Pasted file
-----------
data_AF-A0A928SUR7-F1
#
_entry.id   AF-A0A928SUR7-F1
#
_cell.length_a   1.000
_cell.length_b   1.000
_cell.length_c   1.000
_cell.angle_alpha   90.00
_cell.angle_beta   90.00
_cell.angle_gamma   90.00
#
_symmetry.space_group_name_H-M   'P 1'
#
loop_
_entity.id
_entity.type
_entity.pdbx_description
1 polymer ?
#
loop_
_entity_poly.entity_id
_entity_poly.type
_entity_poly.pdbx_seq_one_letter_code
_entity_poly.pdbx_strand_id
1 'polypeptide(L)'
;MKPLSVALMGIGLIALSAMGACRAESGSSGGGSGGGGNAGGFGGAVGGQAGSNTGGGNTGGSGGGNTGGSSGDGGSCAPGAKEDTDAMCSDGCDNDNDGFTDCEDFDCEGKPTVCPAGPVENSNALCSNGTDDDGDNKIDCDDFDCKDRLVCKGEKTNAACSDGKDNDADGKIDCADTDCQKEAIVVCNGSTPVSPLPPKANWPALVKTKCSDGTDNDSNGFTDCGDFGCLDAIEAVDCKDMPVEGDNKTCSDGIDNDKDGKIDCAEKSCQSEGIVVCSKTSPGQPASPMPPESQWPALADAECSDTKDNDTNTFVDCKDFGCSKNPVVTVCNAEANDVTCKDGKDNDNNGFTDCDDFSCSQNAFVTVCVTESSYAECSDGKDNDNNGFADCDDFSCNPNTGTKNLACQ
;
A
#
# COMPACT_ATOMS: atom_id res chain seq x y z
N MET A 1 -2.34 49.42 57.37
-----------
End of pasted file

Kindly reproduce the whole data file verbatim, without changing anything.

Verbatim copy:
data_AF-A0A928SUR7-F1
#
_entry.id   AF-A0A928SUR7-F1
#
_cell.length_a   1.000
_cell.length_b   1.000
_cell.length_c   1.000
_cell.angle_alpha   90.00
_cell.angle_beta   90.00
_cell.angle_gamma   90.00
#
_symmetry.space_group_name_H-M   'P 1'
#
loop_
_entity.id
_entity.type
_entity.pdbx_description
1 polymer ?
#
loop_
_entity_poly.entity_id
_entity_poly.type
_entity_poly.pdbx_seq_one_letter_code
_entity_poly.pdbx_strand_id
1 'polypeptide(L)'
;MKPLSVALMGIGLIALSAMGACRAESGSSGGGSGGGGNAGGFGGAVGGQAGSNTGGGNTGGSGGGNTGGSSGDGGSCAPGAKEDTDAMCSDGCDNDNDGFTDCEDFDCEGKPTVCPAGPVENSNALCSNGTDDDGDNKIDCDDFDCKDRLVCKGEKTNAACSDGKDNDADGKIDCADTDCQKEAIVVCNGSTPVSPLPPKANWPALVKTKCSDGTDNDSNGFTDCGDFGCLDAIEAVDCKDMPVEGDNKTCSDGIDNDKDGKIDCAEKSCQSEGIVVCSKTSPGQPASPMPPESQWPALADAECSDTKDNDTNTFVDCKDFGCSKNPVVTVCNAEANDVTCKDGKDNDNNGFTDCDDFSCSQNAFVTVCVTESSYAECSDGKDNDNNGFADCDDFSCNPNTGTKNLACQ
;
A
#
# COMPACT_ATOMS: atom_id res chain seq x y z
N MET A 1 -2.34 49.42 57.37